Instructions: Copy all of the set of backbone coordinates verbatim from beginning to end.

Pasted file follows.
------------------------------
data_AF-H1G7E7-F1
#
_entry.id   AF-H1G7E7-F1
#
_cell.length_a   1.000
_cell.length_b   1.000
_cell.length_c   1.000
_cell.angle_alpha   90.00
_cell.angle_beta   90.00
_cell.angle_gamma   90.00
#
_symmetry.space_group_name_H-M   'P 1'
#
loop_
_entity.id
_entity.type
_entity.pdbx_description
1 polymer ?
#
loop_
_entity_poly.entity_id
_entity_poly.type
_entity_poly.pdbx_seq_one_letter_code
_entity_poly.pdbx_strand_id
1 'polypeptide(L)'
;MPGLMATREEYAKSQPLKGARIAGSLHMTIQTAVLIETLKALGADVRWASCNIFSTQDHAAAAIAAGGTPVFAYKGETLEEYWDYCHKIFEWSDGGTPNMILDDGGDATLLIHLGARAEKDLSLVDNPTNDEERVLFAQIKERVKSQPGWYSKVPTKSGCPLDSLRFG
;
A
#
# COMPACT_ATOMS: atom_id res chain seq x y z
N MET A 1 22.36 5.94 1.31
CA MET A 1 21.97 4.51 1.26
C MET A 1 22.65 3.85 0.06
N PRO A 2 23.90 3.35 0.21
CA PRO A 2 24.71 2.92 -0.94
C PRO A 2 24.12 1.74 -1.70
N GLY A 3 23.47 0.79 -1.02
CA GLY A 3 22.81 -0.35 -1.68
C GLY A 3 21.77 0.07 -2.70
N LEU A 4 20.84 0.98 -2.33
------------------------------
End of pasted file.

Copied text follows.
data_AF-H1G7E7-F1
#
_entry.id   AF-H1G7E7-F1
#
_cell.length_a   1.000
_cell.length_b   1.000
_cell.length_c   1.000
_cell.angle_alpha   90.00
_cell.angle_beta   90.00
_cell.angle_gamma   90.00
#
_symmetry.space_group_name_H-M   'P 1'
#
loop_
_entity.id
_entity.type
_entity.pdbx_description
1 polymer ?
#
loop_
_entity_poly.entity_id
_entity_poly.type
_entity_poly.pdbx_seq_one_letter_code
_entity_poly.pdbx_strand_id
1 'polypeptide(L)'
;MPGLMATREEYAKSQPLKGARIAGSLHMTIQTAVLIETLKALGADVRWASCNIFSTQDHAAAAIAAGGTPVFAYKGETLEEYWDYCHKIFEWSDGGTPNMILDDGGDATLLIHLGARAEKDLSLVDNPTNDEERVLFAQIKERVKSQPGWYSKVPTKSGCPLDSLRFG
;
A
#
# COMPACT_ATOMS: atom_id res chain seq x y z
N MET A 1 22.36 5.94 1.31
CA MET A 1 21.97 4.51 1.26
C MET A 1 22.65 3.85 0.06
N PRO A 2 23.90 3.35 0.21
CA PRO A 2 24.71 2.92 -0.94
C PRO A 2 24.12 1.74 -1.70
N GLY A 3 23.47 0.79 -1.02
CA GLY A 3 22.81 -0.35 -1.68
C GLY A 3 21.77 0.07 -2.70
N LEU A 4 20.84 0.98 -2.33